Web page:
Half Way There: The Best Films of 2014

July is a great month in many ways, not only for reflection on the first half of the year and how it has gone but also for looking forward to the rest of it. In the spirit of this grand reflection, below are a list of the best films I have seen so far in 2014 and reasons as to why you should watch and engage with them.

The Grand Budapest Hotel

grand budapest

Wes Anderson`s latest opus is a charming, frightening and melancholic piece of work that is daring in its reach, pointed in its comedy and in love with cinema in every frame. The main character M.Gustave says part way through the film-  “You see, there are still faint glimmers of civilization left in this barbaric slaughterhouse that was once known as humanity” To reverse engineer that quote for present purposes, The Grand Budapest Hotel holds tiny sparks of hope in the massive commercially, cynically driven cesspool that was once called the cinematic experience.

Under the Skin


Out of all the films, I have seen this year, Under the Skin is the one that has fascinated and haunted me the most. It is richly seductive in its filmmaking, perfectly cast and ever expanding in its thematic power, a fact I look forward to unravelling more and more upon future viewings.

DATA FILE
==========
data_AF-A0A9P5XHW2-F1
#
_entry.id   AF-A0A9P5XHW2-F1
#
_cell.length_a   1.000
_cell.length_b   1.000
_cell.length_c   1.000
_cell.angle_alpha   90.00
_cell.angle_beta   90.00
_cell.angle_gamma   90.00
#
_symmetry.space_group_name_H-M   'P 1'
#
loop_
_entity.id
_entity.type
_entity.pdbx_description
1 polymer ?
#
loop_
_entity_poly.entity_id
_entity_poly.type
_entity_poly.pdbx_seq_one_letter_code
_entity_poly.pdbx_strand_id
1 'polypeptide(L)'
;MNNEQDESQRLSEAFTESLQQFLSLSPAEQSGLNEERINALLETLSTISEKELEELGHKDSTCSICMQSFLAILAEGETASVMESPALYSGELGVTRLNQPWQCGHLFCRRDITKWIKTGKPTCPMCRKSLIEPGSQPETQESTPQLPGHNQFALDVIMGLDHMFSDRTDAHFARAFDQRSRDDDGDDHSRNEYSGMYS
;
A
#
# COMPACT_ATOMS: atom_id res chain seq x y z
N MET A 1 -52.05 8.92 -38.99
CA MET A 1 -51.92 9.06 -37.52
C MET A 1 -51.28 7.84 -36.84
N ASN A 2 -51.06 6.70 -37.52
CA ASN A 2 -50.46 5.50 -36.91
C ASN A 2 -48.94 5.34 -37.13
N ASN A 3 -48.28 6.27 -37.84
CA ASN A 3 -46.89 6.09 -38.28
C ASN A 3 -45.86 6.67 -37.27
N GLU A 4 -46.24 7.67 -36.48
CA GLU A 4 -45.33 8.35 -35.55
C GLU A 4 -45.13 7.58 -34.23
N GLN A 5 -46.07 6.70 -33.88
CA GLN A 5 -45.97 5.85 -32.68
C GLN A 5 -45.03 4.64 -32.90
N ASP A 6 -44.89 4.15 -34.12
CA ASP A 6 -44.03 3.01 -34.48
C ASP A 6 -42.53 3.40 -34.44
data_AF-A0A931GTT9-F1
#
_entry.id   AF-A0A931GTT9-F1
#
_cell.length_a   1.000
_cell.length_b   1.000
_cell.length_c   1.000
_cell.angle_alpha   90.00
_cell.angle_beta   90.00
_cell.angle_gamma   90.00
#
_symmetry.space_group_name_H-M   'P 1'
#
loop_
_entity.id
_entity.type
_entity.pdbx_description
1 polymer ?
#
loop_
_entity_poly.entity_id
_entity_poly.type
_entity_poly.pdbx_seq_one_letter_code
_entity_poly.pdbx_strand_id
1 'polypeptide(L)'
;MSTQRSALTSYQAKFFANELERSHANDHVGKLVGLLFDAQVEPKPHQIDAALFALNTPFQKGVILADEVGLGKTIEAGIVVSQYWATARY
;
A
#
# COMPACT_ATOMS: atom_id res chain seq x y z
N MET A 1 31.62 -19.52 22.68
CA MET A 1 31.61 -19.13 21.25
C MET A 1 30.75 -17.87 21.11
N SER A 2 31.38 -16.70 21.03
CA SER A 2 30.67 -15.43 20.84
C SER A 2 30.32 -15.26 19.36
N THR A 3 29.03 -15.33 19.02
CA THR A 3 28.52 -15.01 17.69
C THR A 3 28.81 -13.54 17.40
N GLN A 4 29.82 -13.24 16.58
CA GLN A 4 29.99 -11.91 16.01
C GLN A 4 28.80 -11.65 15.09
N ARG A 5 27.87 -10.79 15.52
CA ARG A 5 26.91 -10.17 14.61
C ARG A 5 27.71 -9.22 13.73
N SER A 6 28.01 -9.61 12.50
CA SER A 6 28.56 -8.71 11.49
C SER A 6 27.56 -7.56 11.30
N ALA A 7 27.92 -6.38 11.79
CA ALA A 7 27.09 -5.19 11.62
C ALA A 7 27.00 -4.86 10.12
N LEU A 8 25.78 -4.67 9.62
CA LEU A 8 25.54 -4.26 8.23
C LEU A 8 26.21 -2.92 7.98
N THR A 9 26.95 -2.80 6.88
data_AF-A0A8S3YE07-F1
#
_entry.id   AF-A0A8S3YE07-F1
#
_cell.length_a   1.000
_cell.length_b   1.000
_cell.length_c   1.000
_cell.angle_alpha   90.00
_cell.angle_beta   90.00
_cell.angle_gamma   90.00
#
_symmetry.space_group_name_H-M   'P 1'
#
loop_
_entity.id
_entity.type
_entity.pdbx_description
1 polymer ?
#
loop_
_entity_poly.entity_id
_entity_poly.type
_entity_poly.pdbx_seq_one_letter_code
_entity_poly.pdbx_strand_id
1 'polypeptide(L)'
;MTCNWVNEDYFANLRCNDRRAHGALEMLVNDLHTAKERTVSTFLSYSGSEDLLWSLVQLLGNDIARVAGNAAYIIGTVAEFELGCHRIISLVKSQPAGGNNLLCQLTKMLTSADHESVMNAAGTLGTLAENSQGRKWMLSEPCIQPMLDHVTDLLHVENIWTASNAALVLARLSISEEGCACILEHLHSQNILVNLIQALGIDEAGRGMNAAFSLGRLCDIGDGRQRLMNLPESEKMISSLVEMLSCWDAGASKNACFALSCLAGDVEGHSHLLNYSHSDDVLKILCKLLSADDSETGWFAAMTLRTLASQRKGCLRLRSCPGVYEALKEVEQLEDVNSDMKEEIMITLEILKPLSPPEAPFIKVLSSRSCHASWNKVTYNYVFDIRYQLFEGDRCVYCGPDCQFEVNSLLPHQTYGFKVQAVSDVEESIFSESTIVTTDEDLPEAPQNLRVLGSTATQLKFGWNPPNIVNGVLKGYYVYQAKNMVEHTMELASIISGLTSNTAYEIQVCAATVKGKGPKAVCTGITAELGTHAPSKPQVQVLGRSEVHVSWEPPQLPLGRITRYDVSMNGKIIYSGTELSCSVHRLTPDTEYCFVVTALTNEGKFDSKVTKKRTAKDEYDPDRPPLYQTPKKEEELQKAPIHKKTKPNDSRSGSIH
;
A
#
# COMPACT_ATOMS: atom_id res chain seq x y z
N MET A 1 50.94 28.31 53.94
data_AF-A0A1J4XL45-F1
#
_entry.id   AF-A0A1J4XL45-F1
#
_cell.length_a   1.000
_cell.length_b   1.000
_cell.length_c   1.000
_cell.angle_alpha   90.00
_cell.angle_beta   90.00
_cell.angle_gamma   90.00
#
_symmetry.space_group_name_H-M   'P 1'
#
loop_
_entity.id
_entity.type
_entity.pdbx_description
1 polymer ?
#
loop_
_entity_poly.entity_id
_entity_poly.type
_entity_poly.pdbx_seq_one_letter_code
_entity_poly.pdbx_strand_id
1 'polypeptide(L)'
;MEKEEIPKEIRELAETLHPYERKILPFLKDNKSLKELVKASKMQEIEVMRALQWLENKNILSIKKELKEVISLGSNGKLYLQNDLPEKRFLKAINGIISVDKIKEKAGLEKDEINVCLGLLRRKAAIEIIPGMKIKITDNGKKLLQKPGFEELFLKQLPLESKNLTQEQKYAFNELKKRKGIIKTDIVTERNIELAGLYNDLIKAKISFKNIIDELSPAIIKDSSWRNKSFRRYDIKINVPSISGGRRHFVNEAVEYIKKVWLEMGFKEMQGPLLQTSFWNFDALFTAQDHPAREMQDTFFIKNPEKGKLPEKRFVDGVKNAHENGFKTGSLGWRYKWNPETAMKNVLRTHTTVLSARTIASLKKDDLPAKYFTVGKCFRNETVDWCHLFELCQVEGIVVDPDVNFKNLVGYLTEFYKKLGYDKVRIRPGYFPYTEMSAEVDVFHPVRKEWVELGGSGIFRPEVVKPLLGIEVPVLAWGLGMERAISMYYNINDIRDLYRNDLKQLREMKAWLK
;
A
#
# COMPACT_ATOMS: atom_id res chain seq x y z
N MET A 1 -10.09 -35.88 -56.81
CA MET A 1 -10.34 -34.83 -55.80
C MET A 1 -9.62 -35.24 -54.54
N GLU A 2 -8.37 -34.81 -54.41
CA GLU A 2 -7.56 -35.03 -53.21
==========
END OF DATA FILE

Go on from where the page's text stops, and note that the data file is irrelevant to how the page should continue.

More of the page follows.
Spike Jonze`s Best Original Screenplay Oscar Winner is a poignant love story that fundamentally explores the concept in our technological age. With a great central performance provided by Joaquin Phoenix, a slick, bright visual look and a great experimental score by Arcade Fire, Her stands tall in its presentation of emotions and ideas.

 The Raid 2 

the raid 2 g

Gareth Evans`s follow-up to the Raid is a brutal, effective and efficient exercise in great action cinema that manages to provide its audience with incredible set pieces that they have not seen at all. Additionally, it fits together nicely with the genre that the film is primarily steeped in which is Crime Drama. Furthermore, it is admirable in its exploration of themes such as violence begets violence and the psychological implications of working undercover.


‘Mastery of small, telling gestures’: Tom Hardy as a man who goes awol in Locke.

Stephen Knight`s 80-minute directorial debut is an interesting and lingering character study that is fulfilling in its dramatic presentation of a man`s life collapsing in the space of one night. With a strong and affecting performance from Tom Hardy and visual motifs that evoke Drive and Taxi Driver. Locke is a great reminder of contemporary British independent filmmaking.


About Sartaj Govind Singh

Notes from a distant observer: “Sartaj is a very eccentric fellow with a penchant for hats. He likes watching films and writes about them in great analytical detail. He has an MA degree in Philosophy and has been known to wear Mickey Mouse ears on his birthday.”
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